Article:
Coping Compliance and Adjustment in Adolescents With Cystic Fibrosis
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|ClinicalTrials.gov Identifier: NCT00577252|
Recruitment Status : Completed
First Posted : December 20, 2007
Last Update Posted : November 24, 2009
|Condition or disease|
OVERVIEW: We anticipate that the data we collect will help us better understand some of the factors associated with improved coping, treatment compliance, and emotional adjustment, which, in turn, may suggest possible interventions to improve compliance, emotional adjustment, and general physical health. Specific hypotheses include the following:
- Subjects who score high on measures of positive coping will have greater levels of treatment compliance and psychological well-being.
- Subjects who score high on measures of negative coping will have lower levels of treatment compliance and psychological well-being.
- Subjects who score high on measures of positive religious coping will have greater levels of treatment compliance and psychological well being.
- Subjects who score high on measures of negative religious coping will have lower levels of treatment compliance and psychological well-being.
- Subjects who score high on measures of internal locus of control will have higher levels of treatment compliance and psychological well-being compared to subjects who score low on measures of internal locus of control.
- Subjects who score high on measures of treatment compliance will have higher levels of physical health.
- We do not anticipate a positive correlation between positive coping mechanisms and general physical health; however, subjects who score high on measures of negative coping may have lower levels of general physical health (e.g., lower PFTs, increased rates and lengths of hospitalizations) probably due to third variables (e.g., if someone uses denial as a coping mechanism, it may lead to poor treatment compliance, which may lead to declines in physical health).
- Anecdotal evidence suggests that parental education may be positively correlated with treatment compliance, but this has not been evaluated. Likewise, anecdotal evidence suggest that marital status may be correlated with treatment compliance (probably because of third variables, e.g., if, as much research suggests, divorce is related to lower SES and fewer social supports, these factors may in turn interfere with treatment compliance). Two questions on the demographic sheet will allow us to explore whether or not this may be worth exploring further.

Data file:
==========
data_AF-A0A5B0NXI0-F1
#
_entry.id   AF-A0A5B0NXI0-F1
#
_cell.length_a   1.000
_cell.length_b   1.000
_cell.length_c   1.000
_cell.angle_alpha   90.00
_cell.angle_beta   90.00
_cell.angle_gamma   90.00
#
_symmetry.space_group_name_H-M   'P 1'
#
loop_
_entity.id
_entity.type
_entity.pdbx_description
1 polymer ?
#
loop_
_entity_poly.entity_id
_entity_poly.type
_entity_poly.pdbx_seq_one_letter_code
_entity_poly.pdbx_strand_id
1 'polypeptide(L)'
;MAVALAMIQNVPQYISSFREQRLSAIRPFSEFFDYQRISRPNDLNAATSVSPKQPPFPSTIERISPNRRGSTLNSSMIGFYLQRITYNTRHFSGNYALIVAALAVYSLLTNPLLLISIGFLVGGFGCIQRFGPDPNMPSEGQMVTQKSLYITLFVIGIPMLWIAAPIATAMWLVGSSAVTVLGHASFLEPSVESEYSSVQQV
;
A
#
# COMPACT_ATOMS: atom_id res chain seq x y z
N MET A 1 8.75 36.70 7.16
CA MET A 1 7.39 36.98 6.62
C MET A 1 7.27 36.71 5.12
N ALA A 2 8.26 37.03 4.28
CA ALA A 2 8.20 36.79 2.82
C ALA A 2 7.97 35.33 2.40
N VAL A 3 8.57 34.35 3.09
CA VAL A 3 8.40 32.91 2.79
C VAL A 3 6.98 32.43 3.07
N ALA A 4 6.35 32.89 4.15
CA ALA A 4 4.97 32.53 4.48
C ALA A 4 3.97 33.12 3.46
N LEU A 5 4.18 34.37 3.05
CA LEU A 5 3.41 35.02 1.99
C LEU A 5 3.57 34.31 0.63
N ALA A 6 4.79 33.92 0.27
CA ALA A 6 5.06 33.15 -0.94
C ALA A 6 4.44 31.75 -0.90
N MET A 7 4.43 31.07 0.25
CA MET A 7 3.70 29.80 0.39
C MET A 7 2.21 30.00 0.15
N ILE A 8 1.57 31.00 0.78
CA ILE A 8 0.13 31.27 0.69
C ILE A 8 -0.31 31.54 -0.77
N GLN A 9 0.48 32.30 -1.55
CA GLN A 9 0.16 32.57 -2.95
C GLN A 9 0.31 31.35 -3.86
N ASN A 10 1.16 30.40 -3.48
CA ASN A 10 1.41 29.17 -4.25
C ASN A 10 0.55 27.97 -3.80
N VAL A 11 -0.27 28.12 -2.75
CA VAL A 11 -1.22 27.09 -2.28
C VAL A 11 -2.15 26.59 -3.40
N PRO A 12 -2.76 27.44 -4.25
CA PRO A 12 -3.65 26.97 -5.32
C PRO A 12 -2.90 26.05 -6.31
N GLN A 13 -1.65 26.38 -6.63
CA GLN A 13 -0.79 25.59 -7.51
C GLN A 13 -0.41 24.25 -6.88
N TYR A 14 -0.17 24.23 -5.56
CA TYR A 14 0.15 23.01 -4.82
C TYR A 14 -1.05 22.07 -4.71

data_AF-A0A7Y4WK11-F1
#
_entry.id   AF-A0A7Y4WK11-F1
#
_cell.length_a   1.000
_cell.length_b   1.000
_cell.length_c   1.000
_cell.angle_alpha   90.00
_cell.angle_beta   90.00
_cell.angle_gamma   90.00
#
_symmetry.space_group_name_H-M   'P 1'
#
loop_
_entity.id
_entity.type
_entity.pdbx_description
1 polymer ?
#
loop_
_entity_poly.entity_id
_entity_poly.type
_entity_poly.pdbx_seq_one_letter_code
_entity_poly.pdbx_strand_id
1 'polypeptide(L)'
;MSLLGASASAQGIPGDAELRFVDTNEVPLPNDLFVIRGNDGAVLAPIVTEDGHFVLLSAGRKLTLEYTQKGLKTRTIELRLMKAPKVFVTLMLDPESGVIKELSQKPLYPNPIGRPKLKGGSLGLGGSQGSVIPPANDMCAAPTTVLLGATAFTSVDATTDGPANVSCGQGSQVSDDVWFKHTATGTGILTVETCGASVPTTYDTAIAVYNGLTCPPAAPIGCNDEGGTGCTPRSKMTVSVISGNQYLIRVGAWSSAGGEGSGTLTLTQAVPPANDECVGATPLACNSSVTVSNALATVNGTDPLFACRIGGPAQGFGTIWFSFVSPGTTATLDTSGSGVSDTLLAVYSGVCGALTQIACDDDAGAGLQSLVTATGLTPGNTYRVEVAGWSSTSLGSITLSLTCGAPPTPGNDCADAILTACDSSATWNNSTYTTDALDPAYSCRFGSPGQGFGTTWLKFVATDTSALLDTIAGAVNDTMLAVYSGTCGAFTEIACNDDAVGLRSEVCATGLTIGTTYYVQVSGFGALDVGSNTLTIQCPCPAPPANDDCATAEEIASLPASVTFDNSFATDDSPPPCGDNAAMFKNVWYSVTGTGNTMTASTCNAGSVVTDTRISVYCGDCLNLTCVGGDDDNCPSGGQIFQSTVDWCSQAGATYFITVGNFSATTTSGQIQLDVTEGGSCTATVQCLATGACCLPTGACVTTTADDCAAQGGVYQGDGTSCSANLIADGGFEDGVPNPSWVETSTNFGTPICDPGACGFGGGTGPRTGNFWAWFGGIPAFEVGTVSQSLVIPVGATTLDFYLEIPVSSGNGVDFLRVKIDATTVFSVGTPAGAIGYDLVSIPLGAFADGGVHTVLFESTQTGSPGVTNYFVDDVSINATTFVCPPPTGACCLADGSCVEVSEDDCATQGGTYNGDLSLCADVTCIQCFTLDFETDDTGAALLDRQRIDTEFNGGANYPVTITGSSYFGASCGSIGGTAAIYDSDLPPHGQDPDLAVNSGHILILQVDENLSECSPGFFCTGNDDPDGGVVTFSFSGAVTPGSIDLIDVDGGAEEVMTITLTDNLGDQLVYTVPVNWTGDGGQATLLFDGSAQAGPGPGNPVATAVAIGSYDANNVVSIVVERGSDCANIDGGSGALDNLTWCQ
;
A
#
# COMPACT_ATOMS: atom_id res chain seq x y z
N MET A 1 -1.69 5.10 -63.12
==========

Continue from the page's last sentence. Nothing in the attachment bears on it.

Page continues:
|Study Type :||Observational|
|Estimated Enrollment :||40 participants|
|Official Title:||Coping Compliance and Adjustment in Adolescents With Cystic Fibrosis|
|Study Start Date :||October 2007|
|Actual Study Completion Date :||April 2008|
Adolescents with CF.
- Multiple measures of coping strategies in adolescents with cystic fibrosis. [ Time Frame: Single visit ]
- Coping startegies will be correlated with measures of clinical illness. [ Time Frame: Single visit ]
To learn more about this study, you or your doctor may contact the study research staff using the contact information provided by the sponsor.
Please refer to this study by its ClinicalTrials.gov identifier (NCT number): NCT00577252
|United States, Ohio|
|Akron Children's Hospital|
|Akron, Ohio, United States, 44308|
|Principal Investigator:||Nathan C Kraynack, MD||Akron Children's Hospital|